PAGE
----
Anti-Racism Viewed From The Working Class
by Vince McLeod
Growing up in Nelson last century, I was acutely aware of the class structure of society and my place at the bottom of it. Being the son of a gang member and the nephew of another gang member, and seeing other family members get institutionalised for various feral activities, it was clear to me from an early age that society at large was implacably opposed to my sort of person.
I went to university and started studying history, and reading Marx, and realised that history can be understood as a battle between the moneyed classes and the working classes, and that moneyed people have always used their wealth to extort production out of desperate workers.
Studying developmental psychology, I came to realise that some people join gangs because they’re born into hopeless poverty and can only look forward to a life at the bottom of society, having every dollar of their labour wrung from them in profits, taxes and rents. This supported the class narrative that I had learned from studying history. It seemed that the ruling class really were waging a class war on the lower classes – and winning.
It has been astonishing, then, to see the narrative change over the past two decades. Class narratives have completely fallen out of fashion in favour of race narratives. This has come at great expense to the working class, who have seen their class solidarity destroyed, and at great benefit to the ruling class, who have seen the foundations of their enemies shattered.
The social justice warrior who fought to break down class barriers a generation ago is now an “anti-racist”. Instead of helping poor people overcome the class prejudices that were holding them back, social justice warriors today are obsessed with racial equity. Inevitably, this means lifting up brown or black people, however wealthy, and ignoring white people, however poor.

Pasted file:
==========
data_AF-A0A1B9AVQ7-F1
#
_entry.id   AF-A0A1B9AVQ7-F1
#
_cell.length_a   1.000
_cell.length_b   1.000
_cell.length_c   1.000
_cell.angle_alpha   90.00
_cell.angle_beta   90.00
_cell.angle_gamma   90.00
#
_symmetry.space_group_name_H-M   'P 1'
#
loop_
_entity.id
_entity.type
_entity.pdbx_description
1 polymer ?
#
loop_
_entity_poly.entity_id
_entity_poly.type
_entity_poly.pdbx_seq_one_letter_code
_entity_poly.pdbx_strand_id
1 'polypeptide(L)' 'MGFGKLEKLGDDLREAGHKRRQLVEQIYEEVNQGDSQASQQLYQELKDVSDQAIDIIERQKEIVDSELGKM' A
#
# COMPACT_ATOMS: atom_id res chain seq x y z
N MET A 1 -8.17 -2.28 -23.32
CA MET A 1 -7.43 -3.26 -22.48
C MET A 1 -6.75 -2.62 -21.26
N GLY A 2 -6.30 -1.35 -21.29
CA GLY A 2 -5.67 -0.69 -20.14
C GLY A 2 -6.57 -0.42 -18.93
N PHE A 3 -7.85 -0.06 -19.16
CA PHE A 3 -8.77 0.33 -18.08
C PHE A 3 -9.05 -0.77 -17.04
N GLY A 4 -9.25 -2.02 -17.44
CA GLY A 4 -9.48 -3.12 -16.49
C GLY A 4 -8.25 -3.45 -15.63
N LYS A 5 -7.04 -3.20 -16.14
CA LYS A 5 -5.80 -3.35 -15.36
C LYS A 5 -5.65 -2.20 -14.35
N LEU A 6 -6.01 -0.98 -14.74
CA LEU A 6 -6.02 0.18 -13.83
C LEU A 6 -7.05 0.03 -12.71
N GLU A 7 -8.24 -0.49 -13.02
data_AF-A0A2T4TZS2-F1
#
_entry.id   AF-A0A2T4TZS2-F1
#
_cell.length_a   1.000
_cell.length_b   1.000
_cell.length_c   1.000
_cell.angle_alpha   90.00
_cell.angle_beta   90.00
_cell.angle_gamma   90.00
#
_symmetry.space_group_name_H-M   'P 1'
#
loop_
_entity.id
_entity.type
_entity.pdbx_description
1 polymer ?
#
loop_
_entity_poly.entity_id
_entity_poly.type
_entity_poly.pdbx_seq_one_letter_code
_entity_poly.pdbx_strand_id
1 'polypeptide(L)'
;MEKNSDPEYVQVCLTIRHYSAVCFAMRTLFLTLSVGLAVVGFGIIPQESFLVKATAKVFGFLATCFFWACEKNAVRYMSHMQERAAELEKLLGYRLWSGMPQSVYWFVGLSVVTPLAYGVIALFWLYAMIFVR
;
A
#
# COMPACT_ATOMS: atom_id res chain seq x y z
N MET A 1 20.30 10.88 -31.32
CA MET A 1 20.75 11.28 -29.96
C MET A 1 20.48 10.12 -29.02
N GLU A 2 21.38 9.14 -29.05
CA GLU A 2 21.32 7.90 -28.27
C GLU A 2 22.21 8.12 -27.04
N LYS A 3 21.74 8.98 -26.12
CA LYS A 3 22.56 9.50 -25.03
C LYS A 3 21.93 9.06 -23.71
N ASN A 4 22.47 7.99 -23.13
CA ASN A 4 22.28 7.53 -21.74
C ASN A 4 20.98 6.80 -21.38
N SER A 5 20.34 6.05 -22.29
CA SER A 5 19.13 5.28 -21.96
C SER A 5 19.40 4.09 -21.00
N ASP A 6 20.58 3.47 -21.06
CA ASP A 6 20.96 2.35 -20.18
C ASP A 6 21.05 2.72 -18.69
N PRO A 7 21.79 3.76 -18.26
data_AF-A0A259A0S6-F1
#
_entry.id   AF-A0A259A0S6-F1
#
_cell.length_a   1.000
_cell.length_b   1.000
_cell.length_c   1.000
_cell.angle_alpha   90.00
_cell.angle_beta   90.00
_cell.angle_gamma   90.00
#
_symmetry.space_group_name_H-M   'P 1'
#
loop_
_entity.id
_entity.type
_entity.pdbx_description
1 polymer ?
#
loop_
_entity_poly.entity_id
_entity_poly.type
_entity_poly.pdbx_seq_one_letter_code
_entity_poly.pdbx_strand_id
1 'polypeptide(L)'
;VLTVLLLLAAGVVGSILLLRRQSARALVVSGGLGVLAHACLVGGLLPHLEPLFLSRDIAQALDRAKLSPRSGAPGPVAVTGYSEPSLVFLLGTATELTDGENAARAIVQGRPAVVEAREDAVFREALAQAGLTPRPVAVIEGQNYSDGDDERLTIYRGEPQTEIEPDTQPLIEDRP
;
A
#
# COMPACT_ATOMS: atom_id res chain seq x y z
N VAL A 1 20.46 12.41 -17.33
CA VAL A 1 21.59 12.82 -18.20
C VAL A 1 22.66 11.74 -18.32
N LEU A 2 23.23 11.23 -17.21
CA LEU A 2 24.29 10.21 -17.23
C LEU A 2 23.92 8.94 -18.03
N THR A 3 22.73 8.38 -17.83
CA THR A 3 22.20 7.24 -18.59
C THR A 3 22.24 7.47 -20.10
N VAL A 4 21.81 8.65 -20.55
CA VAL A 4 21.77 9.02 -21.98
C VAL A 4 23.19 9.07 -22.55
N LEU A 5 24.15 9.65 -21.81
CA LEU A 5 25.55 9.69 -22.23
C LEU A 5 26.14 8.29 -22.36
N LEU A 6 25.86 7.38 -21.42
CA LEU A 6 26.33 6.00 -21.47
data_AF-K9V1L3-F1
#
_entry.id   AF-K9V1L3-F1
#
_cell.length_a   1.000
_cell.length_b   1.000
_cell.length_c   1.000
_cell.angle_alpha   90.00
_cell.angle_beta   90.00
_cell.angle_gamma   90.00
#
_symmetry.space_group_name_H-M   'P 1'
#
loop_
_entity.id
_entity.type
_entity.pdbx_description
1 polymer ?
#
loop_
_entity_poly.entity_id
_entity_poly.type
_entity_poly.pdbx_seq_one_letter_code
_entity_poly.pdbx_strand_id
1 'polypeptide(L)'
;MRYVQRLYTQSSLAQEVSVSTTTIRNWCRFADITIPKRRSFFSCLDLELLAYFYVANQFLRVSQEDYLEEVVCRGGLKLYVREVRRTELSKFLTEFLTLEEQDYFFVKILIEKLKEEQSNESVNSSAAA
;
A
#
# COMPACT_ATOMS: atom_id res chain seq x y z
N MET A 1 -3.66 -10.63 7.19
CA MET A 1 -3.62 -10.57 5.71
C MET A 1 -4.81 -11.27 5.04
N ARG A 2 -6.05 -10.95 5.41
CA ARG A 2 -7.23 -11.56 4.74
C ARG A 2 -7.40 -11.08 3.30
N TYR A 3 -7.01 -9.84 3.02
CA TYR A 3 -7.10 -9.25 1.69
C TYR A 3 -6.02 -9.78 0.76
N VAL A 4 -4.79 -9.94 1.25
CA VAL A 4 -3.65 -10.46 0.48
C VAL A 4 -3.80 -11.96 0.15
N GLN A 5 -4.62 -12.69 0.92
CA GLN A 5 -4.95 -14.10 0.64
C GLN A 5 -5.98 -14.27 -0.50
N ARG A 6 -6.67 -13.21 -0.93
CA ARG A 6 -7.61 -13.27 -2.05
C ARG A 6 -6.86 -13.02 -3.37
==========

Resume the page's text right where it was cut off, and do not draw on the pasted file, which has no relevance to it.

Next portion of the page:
Today, thanks to the “anti-racist” mindset, a working-class white is considered an oppressor. The working-class element of their identity is no longer considered important. The white element, on the other hand, weighs more heavily than ever. So a person can be born into intergenerational poverty, with crime, trauma and mental illness ever-present in their childhood environment, and still be considered privileged.
Apparently the entire world has been rigged in my favour for centuries, as the Reddit commentator at the top of the page believes [Writer’s note: this is in reference to the attached screenshot from Reddit]. Even though my great-grandfather was used as cannon fodder in World War I, and my grandfather was used as cannon fodder in World War II, and my father was a gang member, all of the intergenerational trauma inherited from that is as nothing because I have white skin.
Apparently the white men who were conscripted into service killing the enemies of the New Zealand ruling classes in World Wars One and Two were, in fact, themselves privileged. The working-class whites who worked long days in brutal conditions as miners (one such family pictured below) were likewise privileged, beneficiaries of a system rigged to benefit them.